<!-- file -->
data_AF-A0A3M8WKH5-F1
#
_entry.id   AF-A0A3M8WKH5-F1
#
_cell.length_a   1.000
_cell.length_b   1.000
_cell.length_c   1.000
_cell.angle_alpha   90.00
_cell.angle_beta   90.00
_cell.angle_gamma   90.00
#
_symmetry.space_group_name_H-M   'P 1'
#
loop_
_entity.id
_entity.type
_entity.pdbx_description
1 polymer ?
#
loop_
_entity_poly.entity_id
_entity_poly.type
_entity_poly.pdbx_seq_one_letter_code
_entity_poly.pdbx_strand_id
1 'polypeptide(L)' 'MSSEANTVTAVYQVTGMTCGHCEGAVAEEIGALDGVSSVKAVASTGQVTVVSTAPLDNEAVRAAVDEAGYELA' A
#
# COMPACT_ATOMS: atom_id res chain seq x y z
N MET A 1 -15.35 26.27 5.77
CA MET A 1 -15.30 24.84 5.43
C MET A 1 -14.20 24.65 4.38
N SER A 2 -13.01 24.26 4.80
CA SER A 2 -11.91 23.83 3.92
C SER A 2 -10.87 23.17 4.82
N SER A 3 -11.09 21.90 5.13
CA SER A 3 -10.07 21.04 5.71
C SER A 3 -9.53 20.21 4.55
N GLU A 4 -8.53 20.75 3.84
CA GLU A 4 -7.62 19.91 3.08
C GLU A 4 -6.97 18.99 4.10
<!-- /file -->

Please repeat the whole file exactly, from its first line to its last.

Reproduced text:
data_AF-A0A3M8WKH5-F1
#
_entry.id   AF-A0A3M8WKH5-F1
#
_cell.length_a   1.000
_cell.length_b   1.000
_cell.length_c   1.000
_cell.angle_alpha   90.00
_cell.angle_beta   90.00
_cell.angle_gamma   90.00
#
_symmetry.space_group_name_H-M   'P 1'
#
loop_
_entity.id
_entity.type
_entity.pdbx_description
1 polymer ?
#
loop_
_entity_poly.entity_id
_entity_poly.type
_entity_poly.pdbx_seq_one_letter_code
_entity_poly.pdbx_strand_id
1 'polypeptide(L)' 'MSSEANTVTAVYQVTGMTCGHCEGAVAEEIGALDGVSSVKAVASTGQVTVVSTAPLDNEAVRAAVDEAGYELA' A
#
# COMPACT_ATOMS: atom_id res chain seq x y z
N MET A 1 -15.35 26.27 5.77
CA MET A 1 -15.30 24.84 5.43
C MET A 1 -14.20 24.65 4.38
N SER A 2 -13.01 24.26 4.80
CA SER A 2 -11.91 23.83 3.92
C SER A 2 -10.87 23.17 4.82
N SER A 3 -11.09 21.90 5.13
CA SER A 3 -10.07 21.04 5.71
C SER A 3 -9.53 20.21 4.55
N GLU A 4 -8.53 20.75 3.84
CA GLU A 4 -7.62 19.91 3.08
C GLU A 4 -6.97 18.99 4.10